What many of us fail to realise is “me”. Here a simple diagram that helps to many people to catch the idea of “me”.

A simple diagram of “me” and why “me” does things

be motivated to learn

The green triangular structure shows “me” and why “me” does things. Everyone does things because they have an interest and are involved. For the moment, it doesn’t matter what causes these two “I”s because without them, you will not do whatever it is that is asked of you and you won’t be motivated to learn.

If you have NO INTEREST and/or NO INVOLVEMENT with something, will you do it?


The hard part for English teachers


All teachers have students. All students are individuals. All students are “me”. The teacher has to stimulate and maintain interest and involvement in many “me”s.


be motivated to learn

If you are interested in something, you will be involved.

  1. Presenting a challenge. Some people like challenges, others don’t. The ones who don’t probably feel that way because they have failed challenges in the past. Laziness shouldn’t be excluded. However, what appears to be lazy could be a manifestation of previously failed challenge attempts.
  2. Needs may be driven by personal requirements or mandatory requirements. The latter is a weaker need because, as for example with school children, they are obligated by law to attend school while they remain within a certain age group. At its most extreme, “need” can be a survival need. The need to do something is not necessarily the result of something positive. However, need caused by a negative influence will not be as effective because it is imposed against the learner’s wishes.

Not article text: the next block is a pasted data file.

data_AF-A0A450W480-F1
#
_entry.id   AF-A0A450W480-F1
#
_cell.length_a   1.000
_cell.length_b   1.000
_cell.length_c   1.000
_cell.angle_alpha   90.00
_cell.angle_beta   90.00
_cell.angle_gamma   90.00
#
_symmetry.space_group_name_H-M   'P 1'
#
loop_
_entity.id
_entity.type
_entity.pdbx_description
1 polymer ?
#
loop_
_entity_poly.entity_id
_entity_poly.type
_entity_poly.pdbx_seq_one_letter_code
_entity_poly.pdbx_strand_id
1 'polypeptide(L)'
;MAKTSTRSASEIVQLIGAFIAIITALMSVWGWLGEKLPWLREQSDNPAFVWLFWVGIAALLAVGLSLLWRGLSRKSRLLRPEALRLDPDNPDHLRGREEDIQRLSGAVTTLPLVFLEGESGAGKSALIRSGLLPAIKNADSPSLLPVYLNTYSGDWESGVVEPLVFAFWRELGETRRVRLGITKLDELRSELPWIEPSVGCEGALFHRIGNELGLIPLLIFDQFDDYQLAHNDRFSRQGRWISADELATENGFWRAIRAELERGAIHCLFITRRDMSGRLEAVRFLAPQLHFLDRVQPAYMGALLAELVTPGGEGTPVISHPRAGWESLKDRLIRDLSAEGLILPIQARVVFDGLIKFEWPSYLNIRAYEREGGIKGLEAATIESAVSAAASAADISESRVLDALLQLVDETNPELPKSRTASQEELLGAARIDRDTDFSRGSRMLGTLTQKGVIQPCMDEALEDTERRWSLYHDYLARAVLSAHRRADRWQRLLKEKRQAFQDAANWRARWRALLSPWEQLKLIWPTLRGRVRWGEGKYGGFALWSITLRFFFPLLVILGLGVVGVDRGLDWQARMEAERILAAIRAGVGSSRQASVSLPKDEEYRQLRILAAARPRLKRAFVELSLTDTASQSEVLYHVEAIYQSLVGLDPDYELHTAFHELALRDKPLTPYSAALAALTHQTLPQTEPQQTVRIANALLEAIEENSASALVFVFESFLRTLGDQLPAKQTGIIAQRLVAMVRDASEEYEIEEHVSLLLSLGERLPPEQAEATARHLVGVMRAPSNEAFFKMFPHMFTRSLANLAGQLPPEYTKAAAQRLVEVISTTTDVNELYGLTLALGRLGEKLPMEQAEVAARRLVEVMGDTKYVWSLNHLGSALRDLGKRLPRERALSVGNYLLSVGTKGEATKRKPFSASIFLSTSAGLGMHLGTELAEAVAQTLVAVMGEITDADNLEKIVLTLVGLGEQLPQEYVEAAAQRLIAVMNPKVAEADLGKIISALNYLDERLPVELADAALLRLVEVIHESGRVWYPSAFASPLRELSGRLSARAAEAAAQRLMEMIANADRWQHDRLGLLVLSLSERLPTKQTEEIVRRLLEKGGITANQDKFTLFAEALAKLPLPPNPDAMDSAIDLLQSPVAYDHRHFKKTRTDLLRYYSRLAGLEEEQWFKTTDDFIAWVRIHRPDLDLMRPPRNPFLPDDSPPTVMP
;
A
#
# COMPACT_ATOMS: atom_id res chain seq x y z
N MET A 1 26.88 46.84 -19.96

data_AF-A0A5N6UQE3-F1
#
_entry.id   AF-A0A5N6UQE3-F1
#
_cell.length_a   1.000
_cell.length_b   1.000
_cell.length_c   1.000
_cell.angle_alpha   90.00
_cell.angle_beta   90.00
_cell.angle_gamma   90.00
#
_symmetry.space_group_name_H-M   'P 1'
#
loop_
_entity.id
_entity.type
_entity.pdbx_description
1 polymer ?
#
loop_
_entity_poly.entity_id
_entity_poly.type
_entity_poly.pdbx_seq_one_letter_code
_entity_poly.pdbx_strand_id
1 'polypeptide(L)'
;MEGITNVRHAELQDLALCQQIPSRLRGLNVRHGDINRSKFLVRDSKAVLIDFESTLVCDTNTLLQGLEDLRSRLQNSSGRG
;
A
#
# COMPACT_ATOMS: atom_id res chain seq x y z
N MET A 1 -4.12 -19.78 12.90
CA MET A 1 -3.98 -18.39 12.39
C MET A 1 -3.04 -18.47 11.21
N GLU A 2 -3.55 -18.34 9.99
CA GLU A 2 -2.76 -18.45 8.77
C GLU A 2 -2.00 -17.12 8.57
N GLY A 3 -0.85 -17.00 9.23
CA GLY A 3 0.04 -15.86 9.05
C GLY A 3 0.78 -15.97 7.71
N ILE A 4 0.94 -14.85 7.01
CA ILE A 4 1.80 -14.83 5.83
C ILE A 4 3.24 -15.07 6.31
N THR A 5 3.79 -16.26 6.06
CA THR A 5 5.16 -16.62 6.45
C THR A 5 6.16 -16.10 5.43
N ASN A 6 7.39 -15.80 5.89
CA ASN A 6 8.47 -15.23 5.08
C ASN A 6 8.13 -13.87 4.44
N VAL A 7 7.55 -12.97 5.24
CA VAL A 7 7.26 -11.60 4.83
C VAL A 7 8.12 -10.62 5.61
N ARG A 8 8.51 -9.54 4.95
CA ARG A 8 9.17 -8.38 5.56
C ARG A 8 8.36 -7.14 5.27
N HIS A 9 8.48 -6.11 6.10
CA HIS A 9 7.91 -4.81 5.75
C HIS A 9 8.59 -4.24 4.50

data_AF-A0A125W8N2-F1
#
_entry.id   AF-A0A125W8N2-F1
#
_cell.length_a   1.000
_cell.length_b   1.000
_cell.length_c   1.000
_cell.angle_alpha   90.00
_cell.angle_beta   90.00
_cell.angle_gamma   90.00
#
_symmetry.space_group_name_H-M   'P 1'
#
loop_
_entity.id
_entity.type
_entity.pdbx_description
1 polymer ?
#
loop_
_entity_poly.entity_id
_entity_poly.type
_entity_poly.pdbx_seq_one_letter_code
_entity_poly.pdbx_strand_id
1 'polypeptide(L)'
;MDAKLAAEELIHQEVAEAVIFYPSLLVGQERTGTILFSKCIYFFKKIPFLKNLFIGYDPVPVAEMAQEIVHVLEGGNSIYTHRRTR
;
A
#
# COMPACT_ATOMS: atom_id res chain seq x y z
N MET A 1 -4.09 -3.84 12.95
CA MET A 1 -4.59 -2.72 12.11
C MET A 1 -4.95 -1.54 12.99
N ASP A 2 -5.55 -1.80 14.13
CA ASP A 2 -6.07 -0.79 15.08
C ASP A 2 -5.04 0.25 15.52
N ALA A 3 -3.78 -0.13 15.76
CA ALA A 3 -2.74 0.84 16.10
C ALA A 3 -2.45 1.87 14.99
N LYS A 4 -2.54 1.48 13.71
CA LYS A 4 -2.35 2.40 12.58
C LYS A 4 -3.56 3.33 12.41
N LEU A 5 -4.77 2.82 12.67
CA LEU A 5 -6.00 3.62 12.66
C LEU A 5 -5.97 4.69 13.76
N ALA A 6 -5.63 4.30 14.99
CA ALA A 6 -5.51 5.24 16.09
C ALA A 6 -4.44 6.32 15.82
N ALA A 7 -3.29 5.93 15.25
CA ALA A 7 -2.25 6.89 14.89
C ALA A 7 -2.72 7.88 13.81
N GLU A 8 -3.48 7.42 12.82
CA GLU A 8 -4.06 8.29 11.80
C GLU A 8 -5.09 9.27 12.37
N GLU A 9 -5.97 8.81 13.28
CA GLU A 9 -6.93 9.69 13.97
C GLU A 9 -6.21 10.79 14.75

3. Curiosity is a strong, personal emotion. The wish to find out more about something is the strongest motivator of all. If you can engender curiosity in your students, their learning will improve. They will also challenge you more with questions and explanations.
  4. Achievability must be ever-present. If you see that you cannot do something and you think that you will never acquire the new skill, you will eventually stop trying to learn it. Besides everything that is taught must be achievable. If not, it is a waste of time. That’s why achievability is also relative so when you ask for something to be done, make sure your students are capable of doing it.

Just because something worked with one class does not mean it will work in another.


be motivated to learn

If you are involved with something you, will be interested.

  1. Participation in a learning environment is critical. If students do not participate, they will lose interest. Passive learning is never as efficient as active learning so make sure all your students participate as much as possible in the classroom. As long as you manage participation properly, it should work and bear fruit.